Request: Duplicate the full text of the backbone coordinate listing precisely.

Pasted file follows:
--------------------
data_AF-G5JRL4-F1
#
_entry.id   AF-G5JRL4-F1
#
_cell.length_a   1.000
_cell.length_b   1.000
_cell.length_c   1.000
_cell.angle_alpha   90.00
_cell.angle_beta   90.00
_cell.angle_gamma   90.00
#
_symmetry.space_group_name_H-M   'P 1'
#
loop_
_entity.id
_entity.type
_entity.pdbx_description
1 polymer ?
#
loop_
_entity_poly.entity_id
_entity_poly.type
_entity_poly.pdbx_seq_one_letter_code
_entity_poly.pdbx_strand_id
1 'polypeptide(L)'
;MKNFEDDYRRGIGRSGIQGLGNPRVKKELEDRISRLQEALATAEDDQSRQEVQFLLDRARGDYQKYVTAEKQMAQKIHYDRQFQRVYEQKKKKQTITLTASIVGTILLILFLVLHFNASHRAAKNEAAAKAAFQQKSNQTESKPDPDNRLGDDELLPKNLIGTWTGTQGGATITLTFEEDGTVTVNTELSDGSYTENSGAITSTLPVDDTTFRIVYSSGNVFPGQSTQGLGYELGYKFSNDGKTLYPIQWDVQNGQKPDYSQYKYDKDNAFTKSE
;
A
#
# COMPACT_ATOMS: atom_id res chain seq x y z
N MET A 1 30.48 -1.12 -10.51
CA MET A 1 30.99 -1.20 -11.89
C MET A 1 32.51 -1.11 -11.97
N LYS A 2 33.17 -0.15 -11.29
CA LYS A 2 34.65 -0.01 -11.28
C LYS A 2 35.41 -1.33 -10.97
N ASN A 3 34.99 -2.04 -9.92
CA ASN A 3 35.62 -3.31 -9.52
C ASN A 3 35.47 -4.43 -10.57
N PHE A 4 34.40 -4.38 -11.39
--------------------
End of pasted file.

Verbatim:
data_AF-G5JRL4-F1
#
_entry.id   AF-G5JRL4-F1
#
_cell.length_a   1.000
_cell.length_b   1.000
_cell.length_c   1.000
_cell.angle_alpha   90.00
_cell.angle_beta   90.00
_cell.angle_gamma   90.00
#
_symmetry.space_group_name_H-M   'P 1'
#
loop_
_entity.id
_entity.type
_entity.pdbx_description
1 polymer ?
#
loop_
_entity_poly.entity_id
_entity_poly.type
_entity_poly.pdbx_seq_one_letter_code
_entity_poly.pdbx_strand_id
1 'polypeptide(L)'
;MKNFEDDYRRGIGRSGIQGLGNPRVKKELEDRISRLQEALATAEDDQSRQEVQFLLDRARGDYQKYVTAEKQMAQKIHYDRQFQRVYEQKKKKQTITLTASIVGTILLILFLVLHFNASHRAAKNEAAAKAAFQQKSNQTESKPDPDNRLGDDELLPKNLIGTWTGTQGGATITLTFEEDGTVTVNTELSDGSYTENSGAITSTLPVDDTTFRIVYSSGNVFPGQSTQGLGYELGYKFSNDGKTLYPIQWDVQNGQKPDYSQYKYDKDNAFTKSE
;
A
#
# COMPACT_ATOMS: atom_id res chain seq x y z
N MET A 1 30.48 -1.12 -10.51
CA MET A 1 30.99 -1.20 -11.89
C MET A 1 32.51 -1.11 -11.97
N LYS A 2 33.17 -0.15 -11.29
CA LYS A 2 34.65 -0.01 -11.28
C LYS A 2 35.41 -1.33 -10.97
N ASN A 3 34.99 -2.04 -9.92
CA ASN A 3 35.62 -3.31 -9.52
C ASN A 3 35.47 -4.43 -10.57
N PHE A 4 34.40 -4.38 -11.39